In case my article on video game soundtracks didn’t make it clear, I’m big on video games. I see them not so much as some easy entertainment, but as an art form. A good video game demands a team of talented, creative people and a lot of time and effort. Usually, the team behind the game is what really brings it to life. Whether it’s one person or an entire studio. This is true of the many moving parts in games, like music, visual style, or unique mechanics. Often, I really start to pay attention when the music is good. I’ve found that if a game has great music, it’s a great game. They go hand in hand. However, team I’m about to introduce you to has appealed to me under slightly different circumstances.
It’s rare for me to listen to video game music without having played the game. All of the games I mentioned in my article on game soundtracks follow this trend. However, the music of Japan’s Falcom Sound Team jdk has left a serious impression on me, even though I have yet to play a Falcom game. The team works on music for the games released by Nihon Falcom.
To give you some background, the Nihon Falcom corporation is a Japanese company that develops role playing games. They were founded in 1981, and are known for pioneering action role playing games and JRPGs (Japanese role playing games). Falcom also played a big role in boosting the personal computer industry in Japan. One of their most famous game series is Ys, which has sold 4.8 million copies as of 2017. Falcom was also one of the first companies to create a dedicated sound team, and is considered a pioneer of video game music. Given my appreciation for the sound team’s music, it doesn’t surprise me.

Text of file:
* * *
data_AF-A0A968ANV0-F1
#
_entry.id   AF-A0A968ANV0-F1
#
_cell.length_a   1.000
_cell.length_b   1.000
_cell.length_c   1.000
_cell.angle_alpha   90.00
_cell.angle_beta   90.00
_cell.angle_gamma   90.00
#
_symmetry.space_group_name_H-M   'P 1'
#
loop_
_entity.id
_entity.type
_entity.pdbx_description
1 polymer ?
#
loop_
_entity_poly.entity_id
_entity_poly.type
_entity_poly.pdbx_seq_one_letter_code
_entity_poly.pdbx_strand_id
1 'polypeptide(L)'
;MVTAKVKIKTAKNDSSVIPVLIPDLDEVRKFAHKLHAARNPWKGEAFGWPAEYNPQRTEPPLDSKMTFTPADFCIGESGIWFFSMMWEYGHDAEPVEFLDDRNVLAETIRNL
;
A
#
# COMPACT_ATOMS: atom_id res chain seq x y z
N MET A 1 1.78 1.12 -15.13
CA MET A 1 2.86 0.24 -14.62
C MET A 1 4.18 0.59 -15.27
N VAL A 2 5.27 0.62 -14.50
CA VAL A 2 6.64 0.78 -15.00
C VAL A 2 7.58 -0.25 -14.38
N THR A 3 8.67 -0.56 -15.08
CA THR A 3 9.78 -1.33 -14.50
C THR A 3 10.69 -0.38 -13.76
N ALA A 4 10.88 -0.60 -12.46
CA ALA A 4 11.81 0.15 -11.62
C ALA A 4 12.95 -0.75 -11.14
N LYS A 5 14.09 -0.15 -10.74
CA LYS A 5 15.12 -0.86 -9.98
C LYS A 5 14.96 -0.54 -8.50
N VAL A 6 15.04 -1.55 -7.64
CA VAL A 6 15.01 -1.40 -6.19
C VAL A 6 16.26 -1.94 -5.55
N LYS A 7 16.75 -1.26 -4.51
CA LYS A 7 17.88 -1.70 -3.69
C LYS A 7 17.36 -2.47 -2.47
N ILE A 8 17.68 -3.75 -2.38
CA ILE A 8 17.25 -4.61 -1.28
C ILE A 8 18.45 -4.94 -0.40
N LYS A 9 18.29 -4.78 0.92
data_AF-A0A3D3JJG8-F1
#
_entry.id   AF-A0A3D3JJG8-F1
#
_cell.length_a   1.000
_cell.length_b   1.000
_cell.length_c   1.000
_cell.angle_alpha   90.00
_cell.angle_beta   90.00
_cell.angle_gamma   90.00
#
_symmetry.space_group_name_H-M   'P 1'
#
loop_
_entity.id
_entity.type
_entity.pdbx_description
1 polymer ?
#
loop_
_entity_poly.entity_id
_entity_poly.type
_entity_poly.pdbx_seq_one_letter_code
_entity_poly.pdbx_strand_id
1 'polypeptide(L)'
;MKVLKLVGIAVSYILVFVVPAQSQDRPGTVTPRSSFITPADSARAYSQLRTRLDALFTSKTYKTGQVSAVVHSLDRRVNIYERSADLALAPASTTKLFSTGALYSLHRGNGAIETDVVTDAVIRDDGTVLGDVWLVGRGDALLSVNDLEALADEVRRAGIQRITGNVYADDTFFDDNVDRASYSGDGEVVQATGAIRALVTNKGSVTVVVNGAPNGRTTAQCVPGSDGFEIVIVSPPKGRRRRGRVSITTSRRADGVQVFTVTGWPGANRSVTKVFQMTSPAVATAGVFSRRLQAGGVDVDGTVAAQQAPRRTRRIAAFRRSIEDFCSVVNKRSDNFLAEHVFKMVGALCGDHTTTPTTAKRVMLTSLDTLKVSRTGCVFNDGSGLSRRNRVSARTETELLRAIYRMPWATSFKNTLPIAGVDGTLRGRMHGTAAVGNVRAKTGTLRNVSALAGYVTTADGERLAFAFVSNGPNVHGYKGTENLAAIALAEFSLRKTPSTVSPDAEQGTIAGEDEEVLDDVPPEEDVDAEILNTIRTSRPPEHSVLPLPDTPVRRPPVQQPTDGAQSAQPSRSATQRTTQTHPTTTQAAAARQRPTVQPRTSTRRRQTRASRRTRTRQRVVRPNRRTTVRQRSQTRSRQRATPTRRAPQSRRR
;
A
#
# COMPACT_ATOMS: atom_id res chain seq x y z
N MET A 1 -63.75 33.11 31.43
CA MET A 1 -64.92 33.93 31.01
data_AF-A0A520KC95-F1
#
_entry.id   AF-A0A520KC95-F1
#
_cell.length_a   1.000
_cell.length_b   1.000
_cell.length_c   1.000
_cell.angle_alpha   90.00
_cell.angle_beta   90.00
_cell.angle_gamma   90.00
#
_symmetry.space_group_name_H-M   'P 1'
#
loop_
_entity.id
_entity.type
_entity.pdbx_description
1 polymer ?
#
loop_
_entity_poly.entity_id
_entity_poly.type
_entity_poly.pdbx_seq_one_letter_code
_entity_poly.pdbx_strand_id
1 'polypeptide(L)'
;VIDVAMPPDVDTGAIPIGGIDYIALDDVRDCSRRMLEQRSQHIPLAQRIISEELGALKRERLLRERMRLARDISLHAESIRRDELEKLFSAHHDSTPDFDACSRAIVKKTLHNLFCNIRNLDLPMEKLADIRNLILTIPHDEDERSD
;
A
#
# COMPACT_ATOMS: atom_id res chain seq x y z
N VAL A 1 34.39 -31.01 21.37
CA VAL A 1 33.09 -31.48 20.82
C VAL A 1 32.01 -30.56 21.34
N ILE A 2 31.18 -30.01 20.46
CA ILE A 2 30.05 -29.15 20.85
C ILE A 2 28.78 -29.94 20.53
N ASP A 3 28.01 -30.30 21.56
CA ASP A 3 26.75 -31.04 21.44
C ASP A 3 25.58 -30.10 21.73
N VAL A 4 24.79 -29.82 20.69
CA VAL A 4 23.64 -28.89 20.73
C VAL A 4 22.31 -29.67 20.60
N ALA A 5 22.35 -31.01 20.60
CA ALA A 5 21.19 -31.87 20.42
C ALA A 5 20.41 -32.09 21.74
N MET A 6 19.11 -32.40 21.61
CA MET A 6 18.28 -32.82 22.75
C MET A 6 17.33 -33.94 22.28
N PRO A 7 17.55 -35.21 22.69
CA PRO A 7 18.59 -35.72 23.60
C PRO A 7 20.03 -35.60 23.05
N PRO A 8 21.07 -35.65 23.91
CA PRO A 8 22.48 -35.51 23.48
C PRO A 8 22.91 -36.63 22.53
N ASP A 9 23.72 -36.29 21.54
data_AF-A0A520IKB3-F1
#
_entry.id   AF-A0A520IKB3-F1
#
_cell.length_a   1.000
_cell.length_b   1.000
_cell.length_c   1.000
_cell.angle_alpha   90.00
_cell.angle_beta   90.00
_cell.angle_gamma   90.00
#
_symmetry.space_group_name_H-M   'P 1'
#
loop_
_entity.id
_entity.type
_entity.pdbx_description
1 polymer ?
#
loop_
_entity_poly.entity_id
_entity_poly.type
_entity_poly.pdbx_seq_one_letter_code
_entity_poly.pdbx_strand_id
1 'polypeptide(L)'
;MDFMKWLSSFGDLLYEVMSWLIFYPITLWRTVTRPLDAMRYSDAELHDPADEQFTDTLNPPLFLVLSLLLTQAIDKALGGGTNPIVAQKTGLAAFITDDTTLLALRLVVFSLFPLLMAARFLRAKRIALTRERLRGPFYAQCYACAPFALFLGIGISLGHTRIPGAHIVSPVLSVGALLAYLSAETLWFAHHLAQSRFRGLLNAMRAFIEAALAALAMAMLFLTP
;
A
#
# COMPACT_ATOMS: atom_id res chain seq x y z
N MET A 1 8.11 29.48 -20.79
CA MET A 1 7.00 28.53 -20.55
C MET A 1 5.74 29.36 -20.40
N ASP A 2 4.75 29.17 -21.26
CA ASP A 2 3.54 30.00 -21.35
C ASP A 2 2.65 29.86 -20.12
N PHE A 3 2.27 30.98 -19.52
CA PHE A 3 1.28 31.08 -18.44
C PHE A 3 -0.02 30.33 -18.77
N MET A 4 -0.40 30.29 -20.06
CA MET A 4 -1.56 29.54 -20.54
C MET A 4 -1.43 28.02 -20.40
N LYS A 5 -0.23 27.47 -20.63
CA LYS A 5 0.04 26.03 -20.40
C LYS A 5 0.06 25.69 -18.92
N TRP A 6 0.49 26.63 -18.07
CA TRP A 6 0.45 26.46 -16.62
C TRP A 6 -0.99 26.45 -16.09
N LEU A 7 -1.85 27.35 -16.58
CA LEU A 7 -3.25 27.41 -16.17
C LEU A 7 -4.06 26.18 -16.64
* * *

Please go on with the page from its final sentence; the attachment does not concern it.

Falcom Sound Team jdk was founded by Meiko Ishikawa in 1988, only a few years after the company was founded. They were first credited in the game Star Trader in 1989, and Falcom’s music has always been released under the name since. As a result, the composers and arrangers of tracks are unknown, even though each member of the team is credited in game. At first glance, the sound team may not seem interesting. But if you give their music a listen, you’ll see why I love them so much. Even though the team makes music primarily for the games, it can be enjoyed on its own. Distinctive melodies, tasteful chord usage, incredible rhythm and arrangements, and talented vocalists are all part of Falcom Sound Team’s style.
In particular, I love Falcom Vocal Collection I-IV. These albums are incredible to me. The singers are top notch, and the songs are beautifully arranged and performed. As far as the vocals go, I’m a fan of Shoko Minami, Naoki Watanabe, Akiko Sasaki and Tomohiko Kishimoto. Their songs can be found across all of the collections. Much like many of the other sound team records, the vocal collections contain music from various different Falcom titles, including Ys, Sorcerian, Dragon Slayer and others.
I will say, most of the music from the sound team that I enjoy has come from the 90s (Vocal Collection 1 was released in 1991, and the others came after). Therefore, I can’t say for sure if the sound team of today carries that same level of quality and polish. If the past is anything to go off of, though, the sound team is still as great now as ever. I’m a fan of the older tunes through and through, so if you want to listen to Falcom Sound Team jdk, start with the vocal collections; they’re my favorite to date. Falcom’s many compositions can be found on Spotify as well as on YouTube. Happy listening! And in case having to listen to Japanese vocals seems daunting, there are a number of songs sung in English or that contain English words.